In the latest sign of the tight US labor market giving candidates the upper hand, many construction contractors in the US are now offering cash signing bonuses to skilled craft workers to sweeten the value proposition for joining their team, Jim Parsons reported at the Engineering News-Record this month:
“Signing bonuses are not new, but they are becoming more prevalent,” says Jeff Robinson, president of compensation consulting firm PAS Inc. Unlike the common practice of providing what he calls “mobilization pay” to compensate for relocation costs, contractors now are offering one-time bonuses ranging from a few hundred dollars to upwards of $1,500 per worker.
According to Robinson, a foreman might be offered as much as $3,000, although there may be an expectation that the person will bring other workers along to join the employer’s workforce. “The advantage of a bonus is that it’s a one-time payment that doesn’t affect base pay,” he says, adding that the incentives usually include a 60- to 90-day employment requirement before they can be collected.
The 2017 survey of workforce shortages by the Associated General Contractors of America reported that nearly a quarter of contractors used bonuses for craft personnel because of difficulty filling positions. The trend appears particularly strong in areas where labor demand is extremely high.
Construction is often thought of as a low-skill occupation where one’s qualifications depend more on strength and stamina than knowledge and experience, but in fact it employs a range of skills, while contractors, like most employers, prefer to hire experienced workers if they can, especially for delicate construction tasks that require high levels of skill and craftsmanship. Construction workers are in high demand as commercial and residential building is booming in many parts of the US, and so these workers are becoming harder to find and more expensive to hire.
What would you do with a $3,000 bonus? Take a trip to Walt Disney World? Well, if you’re working as a chef at the Florida resort this summer, that might be where you got the bonus in the first place. In its effort to fill 3,500 seasonal roles at its sprawling entertainment complex, Disney is offering outsized signing bonuses for some of these hires, including unskilled and part-time employees, Orlando Sentinel business writer Paul Brinkmann reported last week:
A housekeeper hired this year at Disney World’s resorts can get a hiring bonus of $1,250 for a job that pays $10.50 per hour. That’s up from last year’s $500 hiring bonus. And it’s for full-time or part-time hires. Full-time or part-time lifeguards this year can get a $1000 hiring bonus, double what the entertainment giant offered last year, and that is for full-time or part-time jobs, according to job postings. Seasonal lifeguards get a $500 bonus.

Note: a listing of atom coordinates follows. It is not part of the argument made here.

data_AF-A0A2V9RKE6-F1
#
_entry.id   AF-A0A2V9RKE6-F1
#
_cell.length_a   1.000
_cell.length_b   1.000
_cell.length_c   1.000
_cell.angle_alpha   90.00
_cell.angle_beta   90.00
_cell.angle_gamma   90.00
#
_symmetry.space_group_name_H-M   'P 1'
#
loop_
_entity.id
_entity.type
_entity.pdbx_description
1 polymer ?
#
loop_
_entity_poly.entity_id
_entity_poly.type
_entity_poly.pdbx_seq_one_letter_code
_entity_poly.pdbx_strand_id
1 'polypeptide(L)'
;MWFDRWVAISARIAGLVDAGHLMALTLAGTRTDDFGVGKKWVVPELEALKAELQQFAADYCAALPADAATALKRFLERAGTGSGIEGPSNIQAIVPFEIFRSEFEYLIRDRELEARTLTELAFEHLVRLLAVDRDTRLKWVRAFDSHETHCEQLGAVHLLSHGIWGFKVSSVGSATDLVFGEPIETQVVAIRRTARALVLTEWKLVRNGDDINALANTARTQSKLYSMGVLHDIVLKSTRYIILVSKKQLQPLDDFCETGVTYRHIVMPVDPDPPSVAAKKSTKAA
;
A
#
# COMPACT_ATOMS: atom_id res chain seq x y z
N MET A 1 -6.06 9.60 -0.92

Bus drivers can get a $500 hiring bonus – the same as last year. Culinary chefs can get a $3,000 bonus. The bonuses are given after training periods and 30 days on the job.
Universal Orlando, the other major theme park in central Florida, is also hiring 3,000 seasonal workers this year, to whom it is offering “competitive salaries and comprehensive benefits packages.” Both parks are in the midst of holding job fairs to fill these thousands of positions. Disney World’s double bonuses are just the latest anecdotal indicator of the historically tight labor market in the US today. They also illustrate how the state of the labor market, combined with other trends, is affecting seasonal hiring specifically.
The “fiduciary rule,” which the US Department of Labor announced this week will go into effect on June 9 as scheduled, will require financial advisors to act in their clients’ best interests when advising them about retirement—or in other words, it will forbid them from steering clients toward products that would maximize the advisor’s own commission or fee. Financial firms and business groups like the US Chamber of Commerce oppose the rule, which they say will hurt growth, lead to a deluge of frivolous lawsuits, and limit the options of employee investors.
Another reason financial institutions may dislike the impending rule, Bloomberg’s Hugh Son explains, is that it is forcing them to change their recruiting practices. Morgan Stanley, Merrill Lynch, and UBS have all said they are cutting back on the use of signing bonuses based on the revenue brokers generated in their previous jobs, which the government had warned them might go against the rule:
Last year, the Department of Labor briefed banks that the industry’s typical signing bonuses could run afoul of the agency’s incoming fiduciary rule. Upon joining a new firm, star brokers were often granted awards of more than three times the revenue they generated in the past year, with the bonus structured as a loan that’s forgiven as the employee stayed with the company and hit targets.
The briefing prodded firms including Morgan Stanley and Merrill Lynch to restructure their enticements, and now brokerages are moving to make more permanent changes.